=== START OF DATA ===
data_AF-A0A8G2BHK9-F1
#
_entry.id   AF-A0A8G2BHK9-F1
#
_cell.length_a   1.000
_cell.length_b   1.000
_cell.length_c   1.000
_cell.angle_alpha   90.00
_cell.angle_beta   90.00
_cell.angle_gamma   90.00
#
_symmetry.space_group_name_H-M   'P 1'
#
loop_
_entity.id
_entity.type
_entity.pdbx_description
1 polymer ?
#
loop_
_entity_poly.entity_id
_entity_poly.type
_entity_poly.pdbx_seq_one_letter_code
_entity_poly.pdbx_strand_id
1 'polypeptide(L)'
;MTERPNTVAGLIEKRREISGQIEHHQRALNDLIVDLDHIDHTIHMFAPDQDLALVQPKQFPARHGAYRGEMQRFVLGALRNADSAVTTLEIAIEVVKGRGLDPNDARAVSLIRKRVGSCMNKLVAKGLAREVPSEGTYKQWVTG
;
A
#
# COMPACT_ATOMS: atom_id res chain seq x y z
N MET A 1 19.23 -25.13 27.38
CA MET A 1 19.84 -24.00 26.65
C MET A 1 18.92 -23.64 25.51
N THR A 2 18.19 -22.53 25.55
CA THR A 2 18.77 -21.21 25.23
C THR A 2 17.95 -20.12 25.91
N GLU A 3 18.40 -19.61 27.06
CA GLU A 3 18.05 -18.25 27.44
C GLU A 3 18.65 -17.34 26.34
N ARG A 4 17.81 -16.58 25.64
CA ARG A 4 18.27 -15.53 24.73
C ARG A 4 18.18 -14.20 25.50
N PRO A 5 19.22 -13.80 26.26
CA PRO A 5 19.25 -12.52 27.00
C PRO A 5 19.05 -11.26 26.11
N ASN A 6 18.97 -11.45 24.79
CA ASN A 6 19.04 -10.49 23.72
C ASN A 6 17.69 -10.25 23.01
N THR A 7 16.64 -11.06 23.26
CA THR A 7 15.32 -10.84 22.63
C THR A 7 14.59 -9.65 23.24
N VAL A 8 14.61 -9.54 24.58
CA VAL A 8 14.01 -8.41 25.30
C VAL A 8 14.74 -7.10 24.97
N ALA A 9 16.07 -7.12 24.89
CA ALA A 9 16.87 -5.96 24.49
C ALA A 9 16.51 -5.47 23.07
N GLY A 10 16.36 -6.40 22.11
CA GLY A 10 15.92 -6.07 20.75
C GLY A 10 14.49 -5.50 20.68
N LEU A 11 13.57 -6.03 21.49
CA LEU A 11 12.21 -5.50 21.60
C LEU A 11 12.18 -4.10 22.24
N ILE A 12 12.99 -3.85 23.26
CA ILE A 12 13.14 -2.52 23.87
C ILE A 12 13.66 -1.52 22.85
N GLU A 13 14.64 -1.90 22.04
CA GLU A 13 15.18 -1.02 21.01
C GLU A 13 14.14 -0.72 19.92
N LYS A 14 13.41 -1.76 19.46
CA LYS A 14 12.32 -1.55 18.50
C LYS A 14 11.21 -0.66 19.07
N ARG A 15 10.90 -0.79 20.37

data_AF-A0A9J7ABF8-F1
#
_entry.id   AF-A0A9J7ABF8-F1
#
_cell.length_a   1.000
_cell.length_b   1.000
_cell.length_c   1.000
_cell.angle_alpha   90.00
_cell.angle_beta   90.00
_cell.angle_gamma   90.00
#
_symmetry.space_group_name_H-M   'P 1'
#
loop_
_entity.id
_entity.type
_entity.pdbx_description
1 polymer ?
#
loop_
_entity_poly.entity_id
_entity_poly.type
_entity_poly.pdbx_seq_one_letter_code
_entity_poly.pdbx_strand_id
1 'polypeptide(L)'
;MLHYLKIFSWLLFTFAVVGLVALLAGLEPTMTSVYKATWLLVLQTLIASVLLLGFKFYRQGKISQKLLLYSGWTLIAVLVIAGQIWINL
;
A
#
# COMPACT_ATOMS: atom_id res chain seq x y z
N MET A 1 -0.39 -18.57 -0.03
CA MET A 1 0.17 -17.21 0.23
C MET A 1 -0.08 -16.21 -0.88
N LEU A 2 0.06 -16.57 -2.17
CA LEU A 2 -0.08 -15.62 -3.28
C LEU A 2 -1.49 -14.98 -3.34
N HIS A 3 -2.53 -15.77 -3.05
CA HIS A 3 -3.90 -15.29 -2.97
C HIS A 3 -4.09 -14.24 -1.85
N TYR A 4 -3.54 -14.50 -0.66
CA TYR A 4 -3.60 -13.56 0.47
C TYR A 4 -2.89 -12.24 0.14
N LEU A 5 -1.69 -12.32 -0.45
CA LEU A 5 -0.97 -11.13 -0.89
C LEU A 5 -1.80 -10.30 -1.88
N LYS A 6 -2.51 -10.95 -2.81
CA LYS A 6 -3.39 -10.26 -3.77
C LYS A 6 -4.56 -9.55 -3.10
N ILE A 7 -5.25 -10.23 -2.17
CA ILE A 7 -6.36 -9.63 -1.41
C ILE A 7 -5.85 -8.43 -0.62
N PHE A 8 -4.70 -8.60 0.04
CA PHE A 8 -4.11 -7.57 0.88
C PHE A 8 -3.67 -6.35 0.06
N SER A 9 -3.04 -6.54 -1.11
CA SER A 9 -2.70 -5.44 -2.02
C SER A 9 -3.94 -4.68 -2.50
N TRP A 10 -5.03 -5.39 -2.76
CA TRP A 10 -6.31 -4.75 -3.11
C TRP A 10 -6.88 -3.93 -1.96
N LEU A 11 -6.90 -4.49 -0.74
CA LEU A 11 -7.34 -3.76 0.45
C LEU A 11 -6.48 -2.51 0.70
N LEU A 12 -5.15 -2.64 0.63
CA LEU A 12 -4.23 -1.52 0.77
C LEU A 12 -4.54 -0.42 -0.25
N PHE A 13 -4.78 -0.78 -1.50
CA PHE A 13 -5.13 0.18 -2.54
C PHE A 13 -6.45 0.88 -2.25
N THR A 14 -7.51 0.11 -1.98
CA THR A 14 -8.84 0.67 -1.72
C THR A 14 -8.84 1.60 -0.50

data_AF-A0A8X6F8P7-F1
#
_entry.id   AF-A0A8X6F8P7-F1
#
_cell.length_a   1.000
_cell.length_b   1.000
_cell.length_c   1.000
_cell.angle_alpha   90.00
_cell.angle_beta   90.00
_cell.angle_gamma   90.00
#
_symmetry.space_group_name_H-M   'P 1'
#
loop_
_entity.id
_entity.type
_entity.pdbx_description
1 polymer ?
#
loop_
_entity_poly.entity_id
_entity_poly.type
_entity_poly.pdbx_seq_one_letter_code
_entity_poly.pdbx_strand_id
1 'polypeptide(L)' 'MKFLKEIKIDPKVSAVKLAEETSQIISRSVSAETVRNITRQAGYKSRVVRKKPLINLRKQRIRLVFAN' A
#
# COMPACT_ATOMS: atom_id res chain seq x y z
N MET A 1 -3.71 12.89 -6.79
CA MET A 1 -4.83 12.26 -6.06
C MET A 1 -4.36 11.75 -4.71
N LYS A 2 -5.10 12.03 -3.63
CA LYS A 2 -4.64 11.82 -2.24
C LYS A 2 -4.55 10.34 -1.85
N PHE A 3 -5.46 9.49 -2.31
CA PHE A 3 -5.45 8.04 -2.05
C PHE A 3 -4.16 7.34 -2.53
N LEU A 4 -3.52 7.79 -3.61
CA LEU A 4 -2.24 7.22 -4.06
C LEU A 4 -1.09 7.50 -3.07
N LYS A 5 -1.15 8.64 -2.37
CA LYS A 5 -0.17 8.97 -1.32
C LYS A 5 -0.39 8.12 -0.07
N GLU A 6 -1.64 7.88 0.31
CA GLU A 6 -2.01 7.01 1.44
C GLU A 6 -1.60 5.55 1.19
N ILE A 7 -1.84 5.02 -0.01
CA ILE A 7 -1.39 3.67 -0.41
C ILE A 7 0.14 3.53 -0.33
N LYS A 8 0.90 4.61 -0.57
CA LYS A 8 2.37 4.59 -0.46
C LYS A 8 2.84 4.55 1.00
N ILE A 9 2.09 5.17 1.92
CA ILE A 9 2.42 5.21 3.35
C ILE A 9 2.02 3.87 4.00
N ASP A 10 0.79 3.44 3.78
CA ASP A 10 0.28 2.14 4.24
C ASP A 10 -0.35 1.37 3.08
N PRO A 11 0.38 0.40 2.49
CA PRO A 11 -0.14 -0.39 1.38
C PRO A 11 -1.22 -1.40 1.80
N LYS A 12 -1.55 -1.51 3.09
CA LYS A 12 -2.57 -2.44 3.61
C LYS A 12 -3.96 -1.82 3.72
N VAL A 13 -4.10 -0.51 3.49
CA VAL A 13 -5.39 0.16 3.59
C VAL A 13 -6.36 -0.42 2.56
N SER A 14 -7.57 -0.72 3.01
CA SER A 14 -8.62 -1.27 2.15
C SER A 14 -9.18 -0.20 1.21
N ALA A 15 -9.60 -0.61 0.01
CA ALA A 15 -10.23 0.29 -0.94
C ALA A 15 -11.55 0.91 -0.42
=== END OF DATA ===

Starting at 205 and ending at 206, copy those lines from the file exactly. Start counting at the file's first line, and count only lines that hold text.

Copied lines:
C PRO A 11 -1.22 -1.40 1.80
N LYS A 12 -1.55 -1.51 3.09